The UN Refugee Agency said that attacks by the Lord’s Resistance Army (LRA) have increased in the Democratic Republic of Congo since January, adding that the LRA appears to be targeting more populated areas.  The group is said to have killed at least thirty-five people, abducted 104, and displaced 17,000 in the Orientale province.  These attacks pose a significant risk to the political stability of the region and have seriously hampered humanitarian aid and development.

U.S. Lawmakers Want Monitoring of Possible Aid by Sudan to LRA
Sudan Tribune, March 4, 2011
In a counter-terrorism effort, members of Congress proposed a bill on March 3 that would require the US Administration to ensure that the Sudanese government is not supporting the LRA before removing it from the list of state sponsors of terrorism.  The bill calls for proof that Sudan is no longer facilitating the acts of the LRA, its leader Joseph Kony, or its top commanders.  Washington purportedly promised to remove Sudan from the list of countries said to sponsor terrorism, provided the North honored the Southern Sudanese referendum for independence.  Khartoum provided aid to the LRA in 2005.


Gwisai, Forty-Four Others Detained Further
New Zimbabwe, March 1, 2011
A group of forty-five human rights campaigners will remain in jail until their hearings on March 7 for attending a lecture on the uprisings in North Africa.  When authorities came to the meeting, the group was watching a video on the uprisings in Tunisia and Egypt.  Although the activists claim the lecture was academic, they are all being charged with treason, which includes a possible death sentence.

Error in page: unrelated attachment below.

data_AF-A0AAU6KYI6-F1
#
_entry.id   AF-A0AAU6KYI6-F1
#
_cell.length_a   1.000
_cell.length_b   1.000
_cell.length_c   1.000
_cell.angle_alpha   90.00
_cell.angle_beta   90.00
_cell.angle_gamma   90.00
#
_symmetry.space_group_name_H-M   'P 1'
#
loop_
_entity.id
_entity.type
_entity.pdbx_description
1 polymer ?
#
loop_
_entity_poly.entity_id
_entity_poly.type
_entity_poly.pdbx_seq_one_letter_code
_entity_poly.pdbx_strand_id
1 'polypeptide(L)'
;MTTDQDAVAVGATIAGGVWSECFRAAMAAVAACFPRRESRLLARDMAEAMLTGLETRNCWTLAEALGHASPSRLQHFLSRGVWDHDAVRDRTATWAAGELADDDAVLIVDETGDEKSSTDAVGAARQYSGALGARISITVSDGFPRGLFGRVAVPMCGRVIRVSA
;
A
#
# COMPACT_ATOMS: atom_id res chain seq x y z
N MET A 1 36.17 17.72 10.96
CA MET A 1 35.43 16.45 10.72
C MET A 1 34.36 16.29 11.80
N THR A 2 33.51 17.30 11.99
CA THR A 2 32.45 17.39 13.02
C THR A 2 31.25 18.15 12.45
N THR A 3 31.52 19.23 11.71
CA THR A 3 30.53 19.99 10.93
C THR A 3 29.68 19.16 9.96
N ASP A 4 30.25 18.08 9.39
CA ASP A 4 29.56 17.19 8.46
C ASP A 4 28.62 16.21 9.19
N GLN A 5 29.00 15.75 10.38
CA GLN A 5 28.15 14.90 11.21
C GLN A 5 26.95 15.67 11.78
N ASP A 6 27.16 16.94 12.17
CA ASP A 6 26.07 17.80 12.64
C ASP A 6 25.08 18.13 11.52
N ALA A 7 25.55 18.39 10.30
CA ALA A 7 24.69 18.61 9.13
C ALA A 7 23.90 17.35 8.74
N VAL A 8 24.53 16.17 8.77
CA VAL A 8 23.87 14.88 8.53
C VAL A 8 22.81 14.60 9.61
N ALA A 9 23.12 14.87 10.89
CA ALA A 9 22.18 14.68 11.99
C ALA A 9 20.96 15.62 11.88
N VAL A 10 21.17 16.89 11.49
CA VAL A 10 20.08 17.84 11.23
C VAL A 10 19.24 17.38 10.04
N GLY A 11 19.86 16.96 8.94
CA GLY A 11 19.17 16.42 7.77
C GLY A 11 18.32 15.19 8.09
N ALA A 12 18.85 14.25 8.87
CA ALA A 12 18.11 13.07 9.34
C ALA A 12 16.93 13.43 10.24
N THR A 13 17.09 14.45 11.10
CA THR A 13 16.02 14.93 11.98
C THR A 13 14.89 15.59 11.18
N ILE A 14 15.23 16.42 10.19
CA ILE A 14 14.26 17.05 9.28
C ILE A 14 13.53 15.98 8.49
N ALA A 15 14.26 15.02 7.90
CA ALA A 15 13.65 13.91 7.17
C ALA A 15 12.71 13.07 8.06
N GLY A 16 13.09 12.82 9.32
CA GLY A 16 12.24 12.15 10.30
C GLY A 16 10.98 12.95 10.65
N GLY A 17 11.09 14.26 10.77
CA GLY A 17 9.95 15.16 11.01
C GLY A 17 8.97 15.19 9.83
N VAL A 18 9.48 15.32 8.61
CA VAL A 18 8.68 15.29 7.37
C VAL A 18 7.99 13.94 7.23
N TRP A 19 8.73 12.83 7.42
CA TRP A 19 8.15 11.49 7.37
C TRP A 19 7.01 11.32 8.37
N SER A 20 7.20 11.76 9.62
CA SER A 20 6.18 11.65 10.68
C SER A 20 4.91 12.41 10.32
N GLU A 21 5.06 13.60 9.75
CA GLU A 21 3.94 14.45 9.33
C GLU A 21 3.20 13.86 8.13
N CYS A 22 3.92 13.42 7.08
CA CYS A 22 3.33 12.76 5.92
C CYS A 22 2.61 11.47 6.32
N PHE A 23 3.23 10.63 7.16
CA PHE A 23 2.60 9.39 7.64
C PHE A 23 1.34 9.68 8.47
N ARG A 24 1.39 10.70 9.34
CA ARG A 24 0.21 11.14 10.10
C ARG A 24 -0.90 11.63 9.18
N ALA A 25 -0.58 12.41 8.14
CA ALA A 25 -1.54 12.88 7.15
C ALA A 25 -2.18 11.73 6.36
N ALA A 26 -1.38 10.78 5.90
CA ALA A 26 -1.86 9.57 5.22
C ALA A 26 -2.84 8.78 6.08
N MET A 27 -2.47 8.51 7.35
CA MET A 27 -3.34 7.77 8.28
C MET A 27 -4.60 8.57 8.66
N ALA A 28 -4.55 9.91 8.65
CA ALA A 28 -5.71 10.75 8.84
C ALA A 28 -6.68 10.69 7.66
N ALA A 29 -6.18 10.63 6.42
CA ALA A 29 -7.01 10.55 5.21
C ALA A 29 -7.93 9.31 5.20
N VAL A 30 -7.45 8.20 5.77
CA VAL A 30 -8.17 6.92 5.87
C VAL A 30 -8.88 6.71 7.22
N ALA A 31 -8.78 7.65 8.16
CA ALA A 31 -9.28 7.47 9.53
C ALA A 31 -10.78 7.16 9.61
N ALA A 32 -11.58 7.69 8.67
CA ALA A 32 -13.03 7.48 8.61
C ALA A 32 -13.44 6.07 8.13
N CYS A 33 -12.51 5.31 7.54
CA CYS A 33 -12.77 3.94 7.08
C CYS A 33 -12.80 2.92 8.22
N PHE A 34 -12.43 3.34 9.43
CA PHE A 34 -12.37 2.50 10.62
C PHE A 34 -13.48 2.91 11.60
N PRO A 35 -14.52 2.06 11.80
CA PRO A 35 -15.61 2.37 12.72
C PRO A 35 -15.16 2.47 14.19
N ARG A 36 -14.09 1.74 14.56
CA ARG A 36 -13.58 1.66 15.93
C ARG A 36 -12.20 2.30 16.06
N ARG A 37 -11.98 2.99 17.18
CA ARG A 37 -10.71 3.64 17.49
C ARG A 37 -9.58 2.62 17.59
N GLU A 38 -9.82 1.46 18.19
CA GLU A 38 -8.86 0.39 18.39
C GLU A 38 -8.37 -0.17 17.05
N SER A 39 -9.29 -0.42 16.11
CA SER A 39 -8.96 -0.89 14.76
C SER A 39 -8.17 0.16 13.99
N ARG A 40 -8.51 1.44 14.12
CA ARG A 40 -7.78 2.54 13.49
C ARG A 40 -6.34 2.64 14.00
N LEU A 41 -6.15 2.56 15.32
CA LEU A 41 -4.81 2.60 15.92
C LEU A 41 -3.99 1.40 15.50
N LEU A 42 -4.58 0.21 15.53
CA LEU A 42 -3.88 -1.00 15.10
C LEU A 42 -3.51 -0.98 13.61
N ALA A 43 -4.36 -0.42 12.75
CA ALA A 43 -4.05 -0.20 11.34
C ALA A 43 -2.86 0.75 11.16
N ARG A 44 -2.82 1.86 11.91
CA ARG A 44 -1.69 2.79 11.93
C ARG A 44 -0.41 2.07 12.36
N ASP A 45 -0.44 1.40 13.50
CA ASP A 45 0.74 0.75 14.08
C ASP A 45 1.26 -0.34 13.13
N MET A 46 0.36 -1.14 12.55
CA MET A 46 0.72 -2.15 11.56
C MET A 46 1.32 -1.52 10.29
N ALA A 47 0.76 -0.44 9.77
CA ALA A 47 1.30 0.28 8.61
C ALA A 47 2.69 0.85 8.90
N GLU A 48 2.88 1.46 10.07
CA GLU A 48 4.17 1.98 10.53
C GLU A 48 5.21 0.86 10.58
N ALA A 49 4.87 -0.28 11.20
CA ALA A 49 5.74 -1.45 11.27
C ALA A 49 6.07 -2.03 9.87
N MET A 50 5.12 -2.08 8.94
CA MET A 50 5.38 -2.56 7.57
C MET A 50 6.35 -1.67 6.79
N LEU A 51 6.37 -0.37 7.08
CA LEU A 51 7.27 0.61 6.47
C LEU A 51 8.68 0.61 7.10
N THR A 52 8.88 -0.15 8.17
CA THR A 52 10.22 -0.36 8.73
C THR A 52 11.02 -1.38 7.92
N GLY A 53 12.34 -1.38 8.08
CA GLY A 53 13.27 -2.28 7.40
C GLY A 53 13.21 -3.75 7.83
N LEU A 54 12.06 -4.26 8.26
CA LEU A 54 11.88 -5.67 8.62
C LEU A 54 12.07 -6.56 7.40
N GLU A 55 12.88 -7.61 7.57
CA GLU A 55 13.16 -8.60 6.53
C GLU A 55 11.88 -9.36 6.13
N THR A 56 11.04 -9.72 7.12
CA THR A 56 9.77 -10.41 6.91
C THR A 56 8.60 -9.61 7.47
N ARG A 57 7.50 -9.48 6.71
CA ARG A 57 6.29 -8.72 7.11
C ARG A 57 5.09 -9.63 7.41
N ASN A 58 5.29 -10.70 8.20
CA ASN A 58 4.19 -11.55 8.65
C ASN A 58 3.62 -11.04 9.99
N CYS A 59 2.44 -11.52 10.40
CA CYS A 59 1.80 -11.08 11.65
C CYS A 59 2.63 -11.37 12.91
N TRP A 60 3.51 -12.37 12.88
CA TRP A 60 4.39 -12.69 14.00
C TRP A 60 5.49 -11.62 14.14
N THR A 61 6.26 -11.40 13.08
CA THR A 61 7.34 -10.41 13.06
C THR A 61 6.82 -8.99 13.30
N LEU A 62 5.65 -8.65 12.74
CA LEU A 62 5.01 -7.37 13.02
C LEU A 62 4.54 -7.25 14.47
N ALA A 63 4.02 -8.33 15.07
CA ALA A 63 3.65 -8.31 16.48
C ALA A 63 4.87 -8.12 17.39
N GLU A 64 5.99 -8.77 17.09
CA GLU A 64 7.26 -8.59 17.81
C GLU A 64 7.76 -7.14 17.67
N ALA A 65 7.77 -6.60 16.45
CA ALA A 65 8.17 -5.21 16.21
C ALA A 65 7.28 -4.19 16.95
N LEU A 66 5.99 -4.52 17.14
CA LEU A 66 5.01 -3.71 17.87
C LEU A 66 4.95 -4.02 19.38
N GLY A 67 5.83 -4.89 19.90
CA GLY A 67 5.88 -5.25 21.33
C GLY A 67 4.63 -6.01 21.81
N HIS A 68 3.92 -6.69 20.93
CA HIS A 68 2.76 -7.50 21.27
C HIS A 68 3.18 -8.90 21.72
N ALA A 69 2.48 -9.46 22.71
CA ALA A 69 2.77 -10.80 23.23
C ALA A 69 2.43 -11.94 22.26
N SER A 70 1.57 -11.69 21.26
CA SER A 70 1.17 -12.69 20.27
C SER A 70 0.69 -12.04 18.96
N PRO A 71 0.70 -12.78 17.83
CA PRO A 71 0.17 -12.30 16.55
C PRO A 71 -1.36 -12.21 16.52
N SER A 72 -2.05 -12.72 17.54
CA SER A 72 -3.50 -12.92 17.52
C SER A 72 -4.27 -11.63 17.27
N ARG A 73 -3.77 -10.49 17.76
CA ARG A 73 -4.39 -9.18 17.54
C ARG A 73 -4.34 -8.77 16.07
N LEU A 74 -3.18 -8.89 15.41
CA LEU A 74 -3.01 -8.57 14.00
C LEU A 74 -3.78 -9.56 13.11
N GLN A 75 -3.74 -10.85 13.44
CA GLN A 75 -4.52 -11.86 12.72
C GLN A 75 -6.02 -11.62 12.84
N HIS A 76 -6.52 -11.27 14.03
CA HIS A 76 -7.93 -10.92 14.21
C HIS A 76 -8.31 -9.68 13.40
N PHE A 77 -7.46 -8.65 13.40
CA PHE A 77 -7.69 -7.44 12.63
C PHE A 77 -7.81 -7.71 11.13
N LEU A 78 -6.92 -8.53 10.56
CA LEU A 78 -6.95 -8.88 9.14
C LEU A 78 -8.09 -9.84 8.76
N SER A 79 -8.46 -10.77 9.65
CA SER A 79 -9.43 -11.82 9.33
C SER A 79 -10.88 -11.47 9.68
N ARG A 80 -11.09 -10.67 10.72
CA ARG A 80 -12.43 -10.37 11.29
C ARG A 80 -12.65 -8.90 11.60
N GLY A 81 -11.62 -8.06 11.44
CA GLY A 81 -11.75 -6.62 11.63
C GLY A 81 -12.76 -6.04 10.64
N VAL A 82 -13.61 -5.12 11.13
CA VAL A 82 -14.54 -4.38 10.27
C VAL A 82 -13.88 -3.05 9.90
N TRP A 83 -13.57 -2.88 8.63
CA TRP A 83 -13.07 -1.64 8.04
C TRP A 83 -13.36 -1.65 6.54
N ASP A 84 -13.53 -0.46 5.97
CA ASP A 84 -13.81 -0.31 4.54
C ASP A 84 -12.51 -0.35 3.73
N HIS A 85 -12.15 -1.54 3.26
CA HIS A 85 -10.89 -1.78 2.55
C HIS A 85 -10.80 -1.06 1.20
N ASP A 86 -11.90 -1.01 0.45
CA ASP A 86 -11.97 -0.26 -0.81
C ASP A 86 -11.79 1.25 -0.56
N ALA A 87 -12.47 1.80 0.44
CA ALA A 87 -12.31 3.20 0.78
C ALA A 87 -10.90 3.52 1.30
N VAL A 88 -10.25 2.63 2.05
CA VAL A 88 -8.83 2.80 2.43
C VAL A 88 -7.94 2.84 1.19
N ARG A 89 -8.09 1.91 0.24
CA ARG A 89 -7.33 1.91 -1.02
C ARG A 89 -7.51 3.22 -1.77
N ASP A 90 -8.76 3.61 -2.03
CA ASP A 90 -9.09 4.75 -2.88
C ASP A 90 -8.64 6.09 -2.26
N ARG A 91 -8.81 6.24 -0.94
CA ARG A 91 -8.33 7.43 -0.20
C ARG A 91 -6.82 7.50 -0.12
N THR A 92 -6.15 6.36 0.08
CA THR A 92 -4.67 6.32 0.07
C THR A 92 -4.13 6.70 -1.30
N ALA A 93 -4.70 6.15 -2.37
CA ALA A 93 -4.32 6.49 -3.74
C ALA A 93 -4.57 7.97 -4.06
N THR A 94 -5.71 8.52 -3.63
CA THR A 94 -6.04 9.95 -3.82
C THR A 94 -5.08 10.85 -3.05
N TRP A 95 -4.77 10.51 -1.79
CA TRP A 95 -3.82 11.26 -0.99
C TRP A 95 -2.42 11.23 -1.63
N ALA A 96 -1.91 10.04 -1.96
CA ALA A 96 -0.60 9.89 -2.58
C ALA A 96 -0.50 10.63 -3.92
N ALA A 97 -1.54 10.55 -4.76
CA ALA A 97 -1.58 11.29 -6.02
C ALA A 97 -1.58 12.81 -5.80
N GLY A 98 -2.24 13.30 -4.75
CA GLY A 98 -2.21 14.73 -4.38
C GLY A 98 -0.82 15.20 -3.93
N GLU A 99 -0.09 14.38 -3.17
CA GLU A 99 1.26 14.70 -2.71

Zimbabwe’s Main Political Parties Exchange Recriminations over Violence
Voice of America, March 3, 2011
The Tsvangirai-led portion of the Movement for Democratic Change (MDC) and ruling party ZANU-PF have blamed each other for the recent rise in political violence.  Civil society is backing the MDC’s claims that youth militia and war veterans who support ZANU-PF have been the main perpetrators of violence, but ZANU-PF says that this is a ploy by the MDC to gain political traction.  Augustine Chihuri, Police Commissioner-General, has stated that he, a ZANU-PF supporter, has not been called before the Senate Committee to answer questions about peace, defense, and security, while MDC members have, showing that the MDC is responsible for the violence.

Peace Negotiations Watch is a weekly publication detailing current events relating to conflict and peace processes in selected countries.  It is prepared by the Public International Law & Policy Group (PILPG) and made possible by grants from the Carnegie Corporation of New York and the Ploughshares Fund.